In lieu of an abstract, here is a brief excerpt of the content:

Reviewed by:
  • Passionate Revolutions: The Media and the Rise and Fall of the Marcos Regime by Talitha Espiritu
  • Rommel A. Curaming
Talitha Espiritu
Passionate Revolutions: The Media and the Rise and Fall of the Marcos Regime
Athens, OH: Ohio University Press, 2017. 276 pages.

The emergence of leaders like Rodrigo Duterte and Donald Trump has strengthened the notion that the age of populism or "irrational politics" is upon us. Astonishment, anxiety, or disgust over the supposed predominance of emotion over "reasoned" politics has characterized discourses in mainstream and social media. Notwithstanding its focus on the Marcos era (1965–1986), Talitha Espiritu's book, Passionate Revolutions: The Media and the Rise and Fall of the Marcos Regime, has much to contribute to the ongoing debates on the nature of democracy, populism, and authoritarianism in the contemporary Philippines. As a Philippine-born Filipino American scholar whose family was closely tied to but eventually had a falling out with the Marcoses, and having lived through the tumult of the 1970s and 1980s with friends from opposing sides of the political divide, the author seems well placed to offer a penetrating and even-handed approach to some contentious issues about the regime.

Passionate Revolutions offers a multilayered description of and explanation for the roles of political emotions in the rise and demise of Pres. Ferdinand Marcos's regime. Following the affective turn in the humanities and social sciences, the book eschews the common tendency in political science to "scientificize" political analysis, simplifying complex variables and dismissing or downplaying factors that cannot be reduced to measurable, [End Page 115] observable, or easily operationalized units, such as sentiments or emotions. Focusing on the "political culture of true feeling," it demonstrates "how political emotions operate in official and popular forms of nationalism" as they intersect and manifest in "national allegory, melodramatic politics and sentimental publicity" (3).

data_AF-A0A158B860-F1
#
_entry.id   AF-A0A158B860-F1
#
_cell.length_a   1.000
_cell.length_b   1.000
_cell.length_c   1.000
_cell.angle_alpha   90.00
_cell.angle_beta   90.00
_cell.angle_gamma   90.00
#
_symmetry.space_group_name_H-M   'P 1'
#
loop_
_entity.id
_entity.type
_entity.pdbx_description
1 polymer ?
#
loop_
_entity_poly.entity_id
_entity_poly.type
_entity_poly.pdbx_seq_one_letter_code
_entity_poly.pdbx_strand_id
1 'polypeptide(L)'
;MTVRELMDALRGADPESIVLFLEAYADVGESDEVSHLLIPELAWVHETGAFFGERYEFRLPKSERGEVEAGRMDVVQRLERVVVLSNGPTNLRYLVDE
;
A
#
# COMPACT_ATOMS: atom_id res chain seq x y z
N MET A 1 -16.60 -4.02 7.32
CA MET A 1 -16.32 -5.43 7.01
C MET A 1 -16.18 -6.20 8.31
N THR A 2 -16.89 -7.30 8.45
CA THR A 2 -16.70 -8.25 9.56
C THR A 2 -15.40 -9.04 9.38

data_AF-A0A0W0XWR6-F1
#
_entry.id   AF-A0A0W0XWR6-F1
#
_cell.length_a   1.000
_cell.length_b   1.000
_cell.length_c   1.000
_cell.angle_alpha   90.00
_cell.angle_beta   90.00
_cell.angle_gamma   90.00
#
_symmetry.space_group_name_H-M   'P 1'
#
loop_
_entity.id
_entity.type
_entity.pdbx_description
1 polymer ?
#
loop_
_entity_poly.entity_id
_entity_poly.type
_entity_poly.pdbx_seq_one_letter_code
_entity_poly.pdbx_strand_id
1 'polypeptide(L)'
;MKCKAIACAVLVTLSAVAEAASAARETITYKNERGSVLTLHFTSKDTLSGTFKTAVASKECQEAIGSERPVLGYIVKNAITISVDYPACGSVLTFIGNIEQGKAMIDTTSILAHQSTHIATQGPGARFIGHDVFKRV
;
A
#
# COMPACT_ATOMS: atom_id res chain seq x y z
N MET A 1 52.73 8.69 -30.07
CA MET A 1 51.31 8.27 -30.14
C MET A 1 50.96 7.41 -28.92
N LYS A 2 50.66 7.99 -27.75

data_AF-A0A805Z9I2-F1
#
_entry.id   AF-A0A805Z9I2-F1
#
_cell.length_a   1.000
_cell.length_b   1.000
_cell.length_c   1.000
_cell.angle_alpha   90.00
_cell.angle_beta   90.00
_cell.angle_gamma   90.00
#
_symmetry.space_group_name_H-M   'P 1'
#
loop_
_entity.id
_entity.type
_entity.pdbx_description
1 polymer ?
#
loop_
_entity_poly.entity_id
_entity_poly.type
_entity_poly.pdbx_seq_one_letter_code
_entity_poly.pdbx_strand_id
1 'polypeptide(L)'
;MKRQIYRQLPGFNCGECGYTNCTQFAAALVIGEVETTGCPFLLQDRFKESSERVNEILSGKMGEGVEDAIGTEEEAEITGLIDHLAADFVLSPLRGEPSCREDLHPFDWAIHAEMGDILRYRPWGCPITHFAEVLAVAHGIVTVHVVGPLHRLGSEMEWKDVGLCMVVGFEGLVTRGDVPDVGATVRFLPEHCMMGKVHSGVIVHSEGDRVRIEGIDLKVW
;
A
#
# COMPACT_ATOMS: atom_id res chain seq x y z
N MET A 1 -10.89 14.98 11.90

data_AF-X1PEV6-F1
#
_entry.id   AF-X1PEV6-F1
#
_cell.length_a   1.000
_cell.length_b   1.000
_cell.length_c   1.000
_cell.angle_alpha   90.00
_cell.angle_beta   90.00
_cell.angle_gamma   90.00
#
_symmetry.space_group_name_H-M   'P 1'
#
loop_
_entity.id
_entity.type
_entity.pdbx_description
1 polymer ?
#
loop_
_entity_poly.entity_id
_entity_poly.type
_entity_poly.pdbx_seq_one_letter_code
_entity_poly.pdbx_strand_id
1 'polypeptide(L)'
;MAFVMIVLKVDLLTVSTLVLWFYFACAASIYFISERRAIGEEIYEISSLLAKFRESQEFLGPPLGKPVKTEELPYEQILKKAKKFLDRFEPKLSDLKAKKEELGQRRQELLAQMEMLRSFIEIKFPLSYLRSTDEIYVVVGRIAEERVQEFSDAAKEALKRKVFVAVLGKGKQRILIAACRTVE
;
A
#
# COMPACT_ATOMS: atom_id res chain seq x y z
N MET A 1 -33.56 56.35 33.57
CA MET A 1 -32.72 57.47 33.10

The book is divided into two major parts. The first three chapters focus on the roles of cinema and cultural policy in Marcos's "revolution from the center" or "democratic revolution." These slogans refer to the state-driven program of socioeconomic and political transformation supposedly to counter the deeply entrenched reactionary interests of the "oligarchs" as well as the radical aspirations fomented by the Communist Party of the Philippines. The second part consists of the next three chapters that highlight the opposition to Marcos both by the moderate and radical groups, leading to the 1986 People Power uprising. From an empirical standpoint, there is hardly anything new about the Marcos regime, anti-Marcos groups (both radical left and moderates), and the popular media in the Philippines to be found in these chapters. The book makes use of information from published materials that are standard fare in the study of Philippine politics and media during the Marcos and post-Marcos decades. Nonetheless, it offers an alternative interpretation of the politics of the period by, for instance, transcending to an extent the ideological biases (liberal vs. conservative; pro-vs. anti-Marcos; provs. anticommunist) still common in Philippine political analysis.

The introductory chapter, which may prove daunting to the uninitiated, is crucial in appreciating the value of this book. Replete with concepts drawn from interdisciplinary areas such as feminism, media studies, and postcolonial theory, this chapter needs to be read carefully and digested thoroughly. Aside from offering a key to understanding the illustrative examples the six chapters spell out, it also provides insights that are applicable to many other analytic areas beyond media studies and politics. In addition to the notion of "national allegory," which has been an object of debate in literary and postcolonial theory, Lauren Berlant's views on the political culture of "true feeling," the "national symbolic," "cruel optimism," and "sentimental publicity," in which melodrama on a personal level and grand scale is central, are illuminating.

The idea of national allegory allows the experience of an individual or a small group to stand in for that of the nation, and vice versa. The shared "national symbolic," which refers to "discursive resources"—metaphors, rituals, stories, feelings—generated on a daily basis within a community [End Page 116] including the political sphere, enables this sliding between individuals and national collectivity. The melodramatic...


Additional Information

Print ISSN
pp. 115-119
Launched on MUSE
Open Access
Back To Top

This website uses cookies to ensure you get the best experience on our website. Without cookies your experience may not be seamless.